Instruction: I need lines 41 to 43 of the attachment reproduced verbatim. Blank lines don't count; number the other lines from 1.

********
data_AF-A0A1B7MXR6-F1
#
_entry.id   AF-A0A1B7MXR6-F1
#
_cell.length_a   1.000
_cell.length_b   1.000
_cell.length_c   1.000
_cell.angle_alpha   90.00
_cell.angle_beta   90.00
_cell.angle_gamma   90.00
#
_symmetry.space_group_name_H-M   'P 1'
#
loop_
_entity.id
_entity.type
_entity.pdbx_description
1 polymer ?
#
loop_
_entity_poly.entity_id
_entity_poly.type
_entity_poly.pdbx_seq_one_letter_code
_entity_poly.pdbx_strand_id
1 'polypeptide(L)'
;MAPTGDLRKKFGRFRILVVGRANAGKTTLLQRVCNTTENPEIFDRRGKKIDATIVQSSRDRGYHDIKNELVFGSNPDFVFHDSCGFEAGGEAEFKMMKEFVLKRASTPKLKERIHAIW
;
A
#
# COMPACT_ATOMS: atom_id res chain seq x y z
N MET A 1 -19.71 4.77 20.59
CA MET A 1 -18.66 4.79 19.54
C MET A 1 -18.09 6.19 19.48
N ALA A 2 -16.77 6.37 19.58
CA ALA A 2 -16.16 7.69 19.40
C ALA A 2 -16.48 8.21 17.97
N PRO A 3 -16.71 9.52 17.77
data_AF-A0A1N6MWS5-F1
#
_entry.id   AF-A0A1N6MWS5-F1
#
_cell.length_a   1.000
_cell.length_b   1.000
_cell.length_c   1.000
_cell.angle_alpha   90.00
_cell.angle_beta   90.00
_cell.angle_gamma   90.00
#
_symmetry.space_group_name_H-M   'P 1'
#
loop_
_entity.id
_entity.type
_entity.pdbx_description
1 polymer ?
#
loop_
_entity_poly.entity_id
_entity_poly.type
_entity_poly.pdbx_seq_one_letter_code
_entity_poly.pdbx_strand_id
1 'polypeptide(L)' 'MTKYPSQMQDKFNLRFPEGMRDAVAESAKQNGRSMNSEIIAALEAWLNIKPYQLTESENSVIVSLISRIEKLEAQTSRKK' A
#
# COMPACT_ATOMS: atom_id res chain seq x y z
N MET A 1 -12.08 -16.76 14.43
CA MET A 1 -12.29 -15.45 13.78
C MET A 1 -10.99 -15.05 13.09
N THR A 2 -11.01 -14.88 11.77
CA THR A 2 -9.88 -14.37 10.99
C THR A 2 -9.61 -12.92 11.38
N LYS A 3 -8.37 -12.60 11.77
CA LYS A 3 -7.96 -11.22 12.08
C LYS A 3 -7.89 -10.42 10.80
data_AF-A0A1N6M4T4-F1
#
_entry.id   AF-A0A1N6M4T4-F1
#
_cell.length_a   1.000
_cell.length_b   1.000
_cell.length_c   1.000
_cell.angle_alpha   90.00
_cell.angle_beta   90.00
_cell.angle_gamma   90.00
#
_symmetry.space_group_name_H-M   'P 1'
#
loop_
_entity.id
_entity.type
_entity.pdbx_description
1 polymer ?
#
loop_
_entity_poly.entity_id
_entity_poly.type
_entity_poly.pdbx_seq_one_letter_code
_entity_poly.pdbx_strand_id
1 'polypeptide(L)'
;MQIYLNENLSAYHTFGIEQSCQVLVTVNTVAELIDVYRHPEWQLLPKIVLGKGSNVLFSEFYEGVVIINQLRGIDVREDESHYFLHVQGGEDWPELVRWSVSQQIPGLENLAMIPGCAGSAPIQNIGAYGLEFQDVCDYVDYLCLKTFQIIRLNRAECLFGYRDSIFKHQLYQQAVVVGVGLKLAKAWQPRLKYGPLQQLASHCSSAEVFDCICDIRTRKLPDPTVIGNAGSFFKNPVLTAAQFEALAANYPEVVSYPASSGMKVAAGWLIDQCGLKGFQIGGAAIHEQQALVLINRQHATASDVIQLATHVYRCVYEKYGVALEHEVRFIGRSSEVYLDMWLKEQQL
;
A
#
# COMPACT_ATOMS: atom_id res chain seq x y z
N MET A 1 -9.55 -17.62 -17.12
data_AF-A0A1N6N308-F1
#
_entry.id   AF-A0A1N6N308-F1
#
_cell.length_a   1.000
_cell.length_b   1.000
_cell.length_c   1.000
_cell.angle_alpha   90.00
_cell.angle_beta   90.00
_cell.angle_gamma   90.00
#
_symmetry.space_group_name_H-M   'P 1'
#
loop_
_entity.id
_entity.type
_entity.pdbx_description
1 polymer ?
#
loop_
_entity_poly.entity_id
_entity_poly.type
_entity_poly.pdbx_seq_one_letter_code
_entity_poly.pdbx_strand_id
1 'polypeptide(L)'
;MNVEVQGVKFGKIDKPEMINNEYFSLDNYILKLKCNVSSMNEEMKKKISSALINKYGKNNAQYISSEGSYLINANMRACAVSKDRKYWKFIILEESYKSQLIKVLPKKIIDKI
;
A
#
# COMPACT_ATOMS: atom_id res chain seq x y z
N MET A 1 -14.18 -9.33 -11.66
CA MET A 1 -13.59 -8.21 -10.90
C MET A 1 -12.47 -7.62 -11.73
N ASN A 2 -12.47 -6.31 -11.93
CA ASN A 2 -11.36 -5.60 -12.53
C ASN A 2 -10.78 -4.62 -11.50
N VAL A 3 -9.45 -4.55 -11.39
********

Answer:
#
_cell.length_a   1.000
_cell.length_b   1.000